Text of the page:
Thursday, October 17, 2013

Search And Rescue Part I

Me On Search For A Missing Hunter Near Dinkey Creek

Dale Matson

“What man among you, if he has a hundred sheep and has lost one of them, does not leave the ninety-nine in the open pasture and go after the one which is lost until he finds it? When he has found it, he lays it on his shoulders, rejoicing. And when he comes home, he calls together his friends and his neighbors, saying to them, 'Rejoice with me, for I have found my sheep which was lost!’ “(Luke 15:4-6, NASB).

I have been an outdoorsman all of my life and run, skied and backpacked much of the Central Sierra Nevada Mountains in California. About nine years ago I was skiing in the back country below Huntington Lake California and came across another skier by the name of Dave Calvert who said he was looking for a lost snowmobiler who had been missing overnight. Dave was a civilian working with the Mountaineering Unit of The Fresno County Sheriff’s Office, Search and Rescue Team. We talked for a bit and he invited me to investigate joining the team. As I returned to the parking area, the sheriff’s department snowmobile pulled in to transfer a man on a sled to an awaiting ambulance. They had found the man who had set his snowmobile on fire to keep warm overnight. I wrote down and later phoned the name Dave gave me.

Dave Calvert At The Iron Lakes Search

Art Sallee was my contact. I met with this kind of crusty John Wayne type who had been involved in search and rescue for years and was the unofficial team leader at the time. There was no official process for getting on the team at the time but Art made the rough ways smooth by helping me to initiate a background check and introduced me to the other Mountaineering Team members at their monthly meeting.
Art Sallee In The Commo Trailer At Florence Lake 

I also needed an Office of Emergency Services (OES) number and began training classes that involved skills like man tracking, staying overnight with only a fanny pack and Map and Compass navigational classes. I have never trained in high angle or swift water rescue. While I have hiked to the top of Mt. Whitney, I would not hang from a 50’ cliff on a half inch rope. While I completed the Pacific Ocean 2.4 mile swim in Ironman, the near panic I experienced in a class four rapids on the upper Kings River taught me to stay out of swift water. There is also ongoing training and fitness testing once you are considered “mission ready”.  I also had to be deputized and that happened just before I was about to be sent out on my first search.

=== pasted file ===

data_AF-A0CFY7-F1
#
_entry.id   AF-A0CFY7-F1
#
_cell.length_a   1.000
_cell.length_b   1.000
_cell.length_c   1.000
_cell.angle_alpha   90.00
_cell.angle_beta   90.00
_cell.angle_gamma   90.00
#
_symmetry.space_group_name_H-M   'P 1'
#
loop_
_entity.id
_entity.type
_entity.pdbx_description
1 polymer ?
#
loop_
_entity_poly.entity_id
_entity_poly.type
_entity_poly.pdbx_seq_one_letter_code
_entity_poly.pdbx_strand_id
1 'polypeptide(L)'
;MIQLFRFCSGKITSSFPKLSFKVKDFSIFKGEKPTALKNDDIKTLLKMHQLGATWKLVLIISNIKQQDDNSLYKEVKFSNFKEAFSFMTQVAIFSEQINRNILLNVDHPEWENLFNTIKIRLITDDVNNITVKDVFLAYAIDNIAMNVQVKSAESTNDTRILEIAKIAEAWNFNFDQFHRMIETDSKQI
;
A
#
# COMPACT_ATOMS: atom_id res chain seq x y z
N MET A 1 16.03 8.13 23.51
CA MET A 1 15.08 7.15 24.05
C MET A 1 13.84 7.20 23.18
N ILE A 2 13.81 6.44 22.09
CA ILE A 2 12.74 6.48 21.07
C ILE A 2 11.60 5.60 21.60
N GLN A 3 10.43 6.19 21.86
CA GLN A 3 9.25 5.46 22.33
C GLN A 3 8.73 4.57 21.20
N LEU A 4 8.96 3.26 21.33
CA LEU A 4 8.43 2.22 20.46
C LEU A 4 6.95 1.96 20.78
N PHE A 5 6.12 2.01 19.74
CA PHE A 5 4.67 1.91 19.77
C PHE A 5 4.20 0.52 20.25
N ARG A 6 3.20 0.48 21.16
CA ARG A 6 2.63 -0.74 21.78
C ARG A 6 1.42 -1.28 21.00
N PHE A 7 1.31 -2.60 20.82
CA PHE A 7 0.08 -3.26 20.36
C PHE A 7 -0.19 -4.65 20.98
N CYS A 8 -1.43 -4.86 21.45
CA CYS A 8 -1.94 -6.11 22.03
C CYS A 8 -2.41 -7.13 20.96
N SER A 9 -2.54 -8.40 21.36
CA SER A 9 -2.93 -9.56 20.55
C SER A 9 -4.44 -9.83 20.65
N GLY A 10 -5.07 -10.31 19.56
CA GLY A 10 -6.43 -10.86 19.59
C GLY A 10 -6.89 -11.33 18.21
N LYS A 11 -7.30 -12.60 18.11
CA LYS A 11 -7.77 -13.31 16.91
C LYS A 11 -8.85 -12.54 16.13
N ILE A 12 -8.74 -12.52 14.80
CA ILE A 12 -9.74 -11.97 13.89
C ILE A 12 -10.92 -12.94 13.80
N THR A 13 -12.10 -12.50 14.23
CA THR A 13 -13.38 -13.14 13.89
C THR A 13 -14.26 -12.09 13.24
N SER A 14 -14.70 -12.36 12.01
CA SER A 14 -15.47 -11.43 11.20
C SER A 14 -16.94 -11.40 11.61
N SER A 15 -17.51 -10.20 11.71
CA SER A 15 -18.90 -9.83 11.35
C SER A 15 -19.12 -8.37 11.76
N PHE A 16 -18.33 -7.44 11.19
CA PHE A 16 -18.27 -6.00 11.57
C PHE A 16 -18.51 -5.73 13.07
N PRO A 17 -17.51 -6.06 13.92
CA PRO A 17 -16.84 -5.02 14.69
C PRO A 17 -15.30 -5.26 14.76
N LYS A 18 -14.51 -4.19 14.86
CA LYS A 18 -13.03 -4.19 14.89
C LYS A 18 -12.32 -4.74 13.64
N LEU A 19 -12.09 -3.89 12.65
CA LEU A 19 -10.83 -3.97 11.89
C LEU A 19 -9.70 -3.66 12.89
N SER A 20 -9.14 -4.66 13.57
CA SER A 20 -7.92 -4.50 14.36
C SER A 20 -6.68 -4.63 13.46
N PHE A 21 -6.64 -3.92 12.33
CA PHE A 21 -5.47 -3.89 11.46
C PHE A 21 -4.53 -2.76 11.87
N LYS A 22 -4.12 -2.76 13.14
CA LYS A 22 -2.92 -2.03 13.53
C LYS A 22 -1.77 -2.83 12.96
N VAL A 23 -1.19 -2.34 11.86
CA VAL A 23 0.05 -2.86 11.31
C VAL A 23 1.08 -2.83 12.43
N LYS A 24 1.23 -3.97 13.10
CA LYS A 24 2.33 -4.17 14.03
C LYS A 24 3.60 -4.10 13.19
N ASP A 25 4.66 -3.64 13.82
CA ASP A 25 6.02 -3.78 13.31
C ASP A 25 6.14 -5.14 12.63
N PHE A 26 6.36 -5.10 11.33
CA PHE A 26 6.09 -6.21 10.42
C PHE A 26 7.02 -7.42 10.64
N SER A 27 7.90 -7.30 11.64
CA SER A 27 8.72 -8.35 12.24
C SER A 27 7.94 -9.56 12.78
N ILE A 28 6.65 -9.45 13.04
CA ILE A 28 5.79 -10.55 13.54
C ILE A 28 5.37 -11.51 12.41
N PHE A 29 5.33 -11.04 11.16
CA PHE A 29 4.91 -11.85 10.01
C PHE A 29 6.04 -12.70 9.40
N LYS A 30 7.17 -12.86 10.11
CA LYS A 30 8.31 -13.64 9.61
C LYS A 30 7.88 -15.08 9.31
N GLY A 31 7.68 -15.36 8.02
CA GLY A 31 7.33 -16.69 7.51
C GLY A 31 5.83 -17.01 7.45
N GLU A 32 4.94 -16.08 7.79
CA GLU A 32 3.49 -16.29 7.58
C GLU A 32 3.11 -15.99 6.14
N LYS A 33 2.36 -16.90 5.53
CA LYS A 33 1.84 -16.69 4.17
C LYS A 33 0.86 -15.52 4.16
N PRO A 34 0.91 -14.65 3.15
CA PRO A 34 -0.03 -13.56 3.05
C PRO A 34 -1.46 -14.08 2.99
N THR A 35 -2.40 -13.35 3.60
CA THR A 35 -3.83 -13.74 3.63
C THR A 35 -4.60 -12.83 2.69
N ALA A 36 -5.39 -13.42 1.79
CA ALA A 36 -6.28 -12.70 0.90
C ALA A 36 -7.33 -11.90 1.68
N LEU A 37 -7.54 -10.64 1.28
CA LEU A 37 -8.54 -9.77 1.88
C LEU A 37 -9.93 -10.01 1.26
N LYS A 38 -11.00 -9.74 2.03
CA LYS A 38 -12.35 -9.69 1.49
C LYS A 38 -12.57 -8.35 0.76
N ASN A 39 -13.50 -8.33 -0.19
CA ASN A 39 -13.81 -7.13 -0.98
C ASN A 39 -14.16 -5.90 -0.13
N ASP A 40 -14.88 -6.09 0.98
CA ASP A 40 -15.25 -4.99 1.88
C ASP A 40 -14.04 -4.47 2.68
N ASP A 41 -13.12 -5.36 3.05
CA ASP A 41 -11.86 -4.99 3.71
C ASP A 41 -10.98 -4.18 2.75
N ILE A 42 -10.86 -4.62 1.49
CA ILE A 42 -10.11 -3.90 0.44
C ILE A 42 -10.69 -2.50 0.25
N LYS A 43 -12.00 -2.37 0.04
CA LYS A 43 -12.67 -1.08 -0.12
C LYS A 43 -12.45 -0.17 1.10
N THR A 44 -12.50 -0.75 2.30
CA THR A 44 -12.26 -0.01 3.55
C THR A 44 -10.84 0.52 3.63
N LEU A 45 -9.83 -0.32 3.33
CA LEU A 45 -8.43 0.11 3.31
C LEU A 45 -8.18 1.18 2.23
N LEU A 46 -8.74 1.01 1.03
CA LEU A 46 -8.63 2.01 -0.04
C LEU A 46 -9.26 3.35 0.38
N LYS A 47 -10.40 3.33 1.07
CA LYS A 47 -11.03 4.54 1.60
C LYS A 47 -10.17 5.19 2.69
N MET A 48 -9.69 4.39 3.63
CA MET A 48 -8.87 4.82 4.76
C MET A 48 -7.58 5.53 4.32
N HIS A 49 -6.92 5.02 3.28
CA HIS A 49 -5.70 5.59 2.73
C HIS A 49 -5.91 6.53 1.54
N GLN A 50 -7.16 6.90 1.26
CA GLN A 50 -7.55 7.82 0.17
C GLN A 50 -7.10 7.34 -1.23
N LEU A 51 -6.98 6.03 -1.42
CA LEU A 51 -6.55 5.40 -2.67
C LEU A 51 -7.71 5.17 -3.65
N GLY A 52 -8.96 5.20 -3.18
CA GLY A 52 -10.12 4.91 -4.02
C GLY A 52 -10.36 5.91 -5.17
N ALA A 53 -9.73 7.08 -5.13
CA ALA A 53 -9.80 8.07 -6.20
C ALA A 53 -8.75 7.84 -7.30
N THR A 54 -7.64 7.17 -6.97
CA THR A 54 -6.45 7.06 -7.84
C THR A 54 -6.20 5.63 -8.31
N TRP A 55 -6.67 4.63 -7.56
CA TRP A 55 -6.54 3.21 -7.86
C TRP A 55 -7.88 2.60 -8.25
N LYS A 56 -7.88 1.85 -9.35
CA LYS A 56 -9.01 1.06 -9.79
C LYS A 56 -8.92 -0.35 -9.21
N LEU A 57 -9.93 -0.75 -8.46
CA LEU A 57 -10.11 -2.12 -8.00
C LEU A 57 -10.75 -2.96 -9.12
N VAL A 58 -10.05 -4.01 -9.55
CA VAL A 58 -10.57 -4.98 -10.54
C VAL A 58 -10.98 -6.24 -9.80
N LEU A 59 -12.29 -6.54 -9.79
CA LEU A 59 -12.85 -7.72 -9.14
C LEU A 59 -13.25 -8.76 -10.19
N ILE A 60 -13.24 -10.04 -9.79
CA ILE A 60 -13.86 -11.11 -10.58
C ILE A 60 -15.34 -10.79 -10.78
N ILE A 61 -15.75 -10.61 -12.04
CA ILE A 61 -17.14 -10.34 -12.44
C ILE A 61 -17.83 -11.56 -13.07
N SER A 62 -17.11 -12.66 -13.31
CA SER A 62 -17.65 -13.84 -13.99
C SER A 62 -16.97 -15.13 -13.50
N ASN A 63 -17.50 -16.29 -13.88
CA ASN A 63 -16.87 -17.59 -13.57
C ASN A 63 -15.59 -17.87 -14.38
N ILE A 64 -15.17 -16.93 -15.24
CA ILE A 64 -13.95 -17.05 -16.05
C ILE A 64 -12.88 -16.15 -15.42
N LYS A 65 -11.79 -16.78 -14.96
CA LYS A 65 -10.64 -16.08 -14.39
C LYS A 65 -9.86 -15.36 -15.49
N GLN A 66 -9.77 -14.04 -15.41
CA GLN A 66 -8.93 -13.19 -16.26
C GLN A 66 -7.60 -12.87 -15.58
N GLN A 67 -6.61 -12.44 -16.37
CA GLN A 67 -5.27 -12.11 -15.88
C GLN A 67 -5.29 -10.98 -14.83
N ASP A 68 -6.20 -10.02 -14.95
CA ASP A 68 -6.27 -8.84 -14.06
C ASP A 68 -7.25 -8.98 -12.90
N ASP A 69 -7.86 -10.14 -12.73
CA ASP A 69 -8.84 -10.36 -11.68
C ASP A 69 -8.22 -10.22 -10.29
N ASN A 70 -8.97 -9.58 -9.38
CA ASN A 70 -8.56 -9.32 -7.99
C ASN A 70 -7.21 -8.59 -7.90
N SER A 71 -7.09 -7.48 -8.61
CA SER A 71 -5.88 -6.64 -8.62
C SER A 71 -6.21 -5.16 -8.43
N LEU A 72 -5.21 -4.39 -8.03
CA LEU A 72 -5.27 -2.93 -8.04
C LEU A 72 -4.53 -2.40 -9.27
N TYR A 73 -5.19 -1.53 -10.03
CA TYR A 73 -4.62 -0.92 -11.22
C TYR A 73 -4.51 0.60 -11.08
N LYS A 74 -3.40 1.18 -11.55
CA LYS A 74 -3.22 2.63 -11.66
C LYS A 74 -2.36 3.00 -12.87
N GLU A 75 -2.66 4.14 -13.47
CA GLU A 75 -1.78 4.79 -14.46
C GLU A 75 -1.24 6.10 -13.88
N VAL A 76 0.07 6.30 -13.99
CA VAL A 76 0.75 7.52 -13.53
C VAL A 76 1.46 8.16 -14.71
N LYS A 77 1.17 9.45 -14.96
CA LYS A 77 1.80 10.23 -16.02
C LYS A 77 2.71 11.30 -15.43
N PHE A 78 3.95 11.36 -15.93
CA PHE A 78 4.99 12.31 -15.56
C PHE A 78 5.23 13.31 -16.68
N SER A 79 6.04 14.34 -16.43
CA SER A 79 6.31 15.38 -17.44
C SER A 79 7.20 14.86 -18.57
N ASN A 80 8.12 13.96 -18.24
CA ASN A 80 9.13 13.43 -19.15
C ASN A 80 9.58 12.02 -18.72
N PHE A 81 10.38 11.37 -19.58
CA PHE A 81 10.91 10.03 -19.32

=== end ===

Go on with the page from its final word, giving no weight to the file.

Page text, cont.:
It was a mutual aid search in Kings Canyon National Park near Hume Lake. A young man and his grandfather had been on a day hike near Cherry Gap and were missing overnight.  As I was awaiting my assignment to a search team, another volunteer team member Robin Calderwood looked up and asked two men who wandered into the parking lot if they were the missing folks. They said they were and she led them to the Command Post (CP). That was the end of our search. What a great first search it was! That is what is called beginner’s luck.  We were all treated to a free breakfast in the Hume Lake Camp mess hall and I drove home with a false impression of what Search and Rescue was all about.

I wrote and self published a book about my first seven years in SAR.

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